LOS ANGELES — It’s taken Hong-Chih Kuo nine professional seasons, but he now has as many Major League victories as Tommy John operations (two).
If pitching the Dodgers to a 4-1 win over the slumping Mets with seven strong innings Tuesday night wasn’t milestone enough to celebrate for the star-crossed left-hander, you should have seen Kuo’s bat flip while admiring his first Major League home run — and first homer by any Taiwanese-born player.
The theatrics were right out of the Reggie Jackson playbook, the bat traveling only a few hundred feet short of the tape-measure blast that completed back-to-back-to-back homers on consecutive pitches by the bottom of the Dodgers batting order in the second inning.
"I didn’t mean to do that," Kuo said apologetically about the hot-dogging. "I hit it, I know I hit it hard."
Wilson Betemit and Matt Kemp, inserted into the lineup by manager Grady Little, slugged the first two off John Maine. Kemp’s landed in the sliver of fair loge seats, the first homer there since Olmedo Saenz did it in 2005. Kemp added a second RBI on an infield single in the sixth inning as the Dodgers moved into a three-way tie for first place in the National League West with the Padres and D-backs.
"It won’t match the four home runs we hit last year, but this was pretty exciting," said Kemp, referring to the September game against San Diego.
Pretty exciting for sure for Kuo, who must like pitching against the Mets because he’s never beaten anyone else. His maiden victory was last Sept. 8, a gutsy six scoreless innings in raucous Shea Stadium against a powerhouse team. That was the win that convinced management Kuo’s elbow could withstand the rigors of starting. Until that emergency start, he had been overprotected and forced to pitch in relief, where he has said he’s not comfortable.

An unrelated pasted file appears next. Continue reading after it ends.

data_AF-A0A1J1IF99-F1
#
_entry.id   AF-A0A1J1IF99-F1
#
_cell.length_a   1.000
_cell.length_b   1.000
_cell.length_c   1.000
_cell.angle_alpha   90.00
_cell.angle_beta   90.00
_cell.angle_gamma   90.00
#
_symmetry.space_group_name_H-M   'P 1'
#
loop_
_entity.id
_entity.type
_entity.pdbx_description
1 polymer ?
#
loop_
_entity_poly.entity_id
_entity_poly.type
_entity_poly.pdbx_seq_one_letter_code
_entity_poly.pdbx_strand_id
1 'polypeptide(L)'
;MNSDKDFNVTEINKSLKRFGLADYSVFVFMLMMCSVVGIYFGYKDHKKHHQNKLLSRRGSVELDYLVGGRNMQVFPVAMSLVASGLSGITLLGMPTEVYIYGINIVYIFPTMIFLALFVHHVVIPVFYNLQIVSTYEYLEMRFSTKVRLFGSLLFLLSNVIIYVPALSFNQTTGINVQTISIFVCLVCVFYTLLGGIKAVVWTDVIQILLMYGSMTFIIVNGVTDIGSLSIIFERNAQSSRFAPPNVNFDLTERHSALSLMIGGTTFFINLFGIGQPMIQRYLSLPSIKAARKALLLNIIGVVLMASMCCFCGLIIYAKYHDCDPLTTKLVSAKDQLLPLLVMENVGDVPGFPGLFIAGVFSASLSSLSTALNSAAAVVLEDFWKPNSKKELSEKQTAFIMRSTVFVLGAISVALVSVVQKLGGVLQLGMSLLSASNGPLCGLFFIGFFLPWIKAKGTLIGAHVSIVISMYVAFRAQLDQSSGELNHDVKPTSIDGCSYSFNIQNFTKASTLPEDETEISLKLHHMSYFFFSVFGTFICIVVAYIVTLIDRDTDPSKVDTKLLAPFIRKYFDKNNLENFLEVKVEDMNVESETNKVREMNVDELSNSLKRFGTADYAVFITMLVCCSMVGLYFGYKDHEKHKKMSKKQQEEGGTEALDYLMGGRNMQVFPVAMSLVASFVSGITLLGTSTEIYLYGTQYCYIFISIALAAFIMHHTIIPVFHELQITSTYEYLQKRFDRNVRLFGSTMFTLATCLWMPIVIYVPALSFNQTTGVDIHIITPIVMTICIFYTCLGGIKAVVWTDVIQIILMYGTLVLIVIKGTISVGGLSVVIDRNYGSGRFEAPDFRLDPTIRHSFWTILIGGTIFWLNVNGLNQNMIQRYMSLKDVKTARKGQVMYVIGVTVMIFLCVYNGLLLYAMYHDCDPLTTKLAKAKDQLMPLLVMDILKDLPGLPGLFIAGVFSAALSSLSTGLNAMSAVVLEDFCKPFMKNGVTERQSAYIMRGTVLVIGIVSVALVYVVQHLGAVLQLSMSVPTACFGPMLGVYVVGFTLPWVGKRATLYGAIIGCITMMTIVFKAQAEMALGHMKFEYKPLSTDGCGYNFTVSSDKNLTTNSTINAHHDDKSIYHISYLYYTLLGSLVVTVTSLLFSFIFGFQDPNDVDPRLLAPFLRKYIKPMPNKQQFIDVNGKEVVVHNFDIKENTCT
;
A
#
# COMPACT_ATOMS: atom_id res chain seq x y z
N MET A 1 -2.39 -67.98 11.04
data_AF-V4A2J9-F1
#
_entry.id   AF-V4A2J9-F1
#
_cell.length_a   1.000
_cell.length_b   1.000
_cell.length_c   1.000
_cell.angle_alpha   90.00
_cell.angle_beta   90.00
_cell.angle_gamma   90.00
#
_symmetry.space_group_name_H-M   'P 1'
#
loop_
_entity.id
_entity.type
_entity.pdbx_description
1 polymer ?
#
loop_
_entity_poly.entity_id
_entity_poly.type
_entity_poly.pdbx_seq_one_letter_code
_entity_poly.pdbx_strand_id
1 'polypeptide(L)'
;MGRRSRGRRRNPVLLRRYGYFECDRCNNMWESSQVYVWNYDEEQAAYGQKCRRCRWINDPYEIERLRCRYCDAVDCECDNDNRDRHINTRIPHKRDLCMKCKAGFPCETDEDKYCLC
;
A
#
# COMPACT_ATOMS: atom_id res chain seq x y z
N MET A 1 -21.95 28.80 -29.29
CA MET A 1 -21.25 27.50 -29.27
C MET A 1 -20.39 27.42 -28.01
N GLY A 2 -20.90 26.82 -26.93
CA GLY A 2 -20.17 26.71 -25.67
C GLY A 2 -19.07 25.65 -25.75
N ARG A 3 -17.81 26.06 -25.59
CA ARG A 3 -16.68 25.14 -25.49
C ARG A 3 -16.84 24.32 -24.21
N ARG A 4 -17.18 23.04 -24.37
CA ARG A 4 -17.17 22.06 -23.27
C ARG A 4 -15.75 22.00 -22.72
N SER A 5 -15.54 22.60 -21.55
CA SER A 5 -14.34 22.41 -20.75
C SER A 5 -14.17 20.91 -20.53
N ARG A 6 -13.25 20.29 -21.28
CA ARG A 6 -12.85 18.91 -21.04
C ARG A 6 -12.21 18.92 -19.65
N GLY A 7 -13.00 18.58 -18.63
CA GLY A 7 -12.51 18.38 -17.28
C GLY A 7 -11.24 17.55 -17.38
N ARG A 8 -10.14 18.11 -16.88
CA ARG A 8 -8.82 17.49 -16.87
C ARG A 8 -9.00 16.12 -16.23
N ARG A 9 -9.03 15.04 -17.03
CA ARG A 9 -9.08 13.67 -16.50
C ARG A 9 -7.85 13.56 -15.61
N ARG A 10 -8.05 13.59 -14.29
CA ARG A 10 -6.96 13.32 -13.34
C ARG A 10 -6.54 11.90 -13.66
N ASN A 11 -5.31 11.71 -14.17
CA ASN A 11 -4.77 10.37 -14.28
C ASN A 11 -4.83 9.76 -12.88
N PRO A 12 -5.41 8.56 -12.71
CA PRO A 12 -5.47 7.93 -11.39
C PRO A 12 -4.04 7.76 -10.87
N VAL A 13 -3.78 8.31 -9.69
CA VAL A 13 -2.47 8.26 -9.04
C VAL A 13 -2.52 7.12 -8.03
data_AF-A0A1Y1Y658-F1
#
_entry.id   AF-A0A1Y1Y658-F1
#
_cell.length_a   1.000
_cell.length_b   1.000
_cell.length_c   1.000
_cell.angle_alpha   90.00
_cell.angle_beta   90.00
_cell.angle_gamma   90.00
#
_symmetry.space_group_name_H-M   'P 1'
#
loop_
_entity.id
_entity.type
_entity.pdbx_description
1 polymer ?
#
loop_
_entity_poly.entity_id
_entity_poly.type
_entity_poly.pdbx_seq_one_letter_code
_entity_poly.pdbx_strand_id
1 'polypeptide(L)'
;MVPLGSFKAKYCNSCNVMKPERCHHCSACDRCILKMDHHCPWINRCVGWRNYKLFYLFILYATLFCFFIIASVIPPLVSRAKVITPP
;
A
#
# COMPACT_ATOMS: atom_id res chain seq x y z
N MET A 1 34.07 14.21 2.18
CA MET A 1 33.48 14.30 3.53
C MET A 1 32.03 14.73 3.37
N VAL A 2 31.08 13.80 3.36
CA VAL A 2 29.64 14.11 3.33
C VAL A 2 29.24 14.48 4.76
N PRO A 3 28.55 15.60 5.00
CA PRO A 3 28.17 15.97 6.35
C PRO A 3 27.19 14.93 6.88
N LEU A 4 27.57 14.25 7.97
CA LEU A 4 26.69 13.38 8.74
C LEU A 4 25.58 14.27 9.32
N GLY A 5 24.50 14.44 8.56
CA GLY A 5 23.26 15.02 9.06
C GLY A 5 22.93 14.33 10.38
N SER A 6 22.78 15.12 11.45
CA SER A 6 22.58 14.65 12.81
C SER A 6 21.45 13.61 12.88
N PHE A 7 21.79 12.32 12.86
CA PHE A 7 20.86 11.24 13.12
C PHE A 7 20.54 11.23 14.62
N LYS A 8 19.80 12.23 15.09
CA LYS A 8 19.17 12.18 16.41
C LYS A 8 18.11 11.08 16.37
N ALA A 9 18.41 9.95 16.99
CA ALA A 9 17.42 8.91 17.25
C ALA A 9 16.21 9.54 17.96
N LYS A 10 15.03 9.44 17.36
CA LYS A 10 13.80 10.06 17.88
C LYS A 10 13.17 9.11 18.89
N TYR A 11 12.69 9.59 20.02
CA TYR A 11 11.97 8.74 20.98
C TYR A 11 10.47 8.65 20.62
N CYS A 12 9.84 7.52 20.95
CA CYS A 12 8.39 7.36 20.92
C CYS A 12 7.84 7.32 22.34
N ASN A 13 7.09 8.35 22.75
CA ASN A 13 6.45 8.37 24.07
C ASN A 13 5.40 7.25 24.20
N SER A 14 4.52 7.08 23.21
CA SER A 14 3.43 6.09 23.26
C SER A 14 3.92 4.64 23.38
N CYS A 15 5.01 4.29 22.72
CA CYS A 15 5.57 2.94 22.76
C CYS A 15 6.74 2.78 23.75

He tried to duplicate that win in Game 2 of the NL Division Series at Shea and was the losing pitcher, charged with two runs in 4 1/3 innings while the Dodgers were scratching out only one run off Tom Glavine in a 4-1 defeat.
Kuo made history that night for starting a postseason game with the fewest Major League wins, but nothing about his career has been ordinary. He was signed out of Taiwan for $1.25 million as a teenager, blew out his elbow in his first professional game after striking out seven of the 10 batters he faced and it’s been a nightmare ride ever since, including the five years he spent trying to get healthy.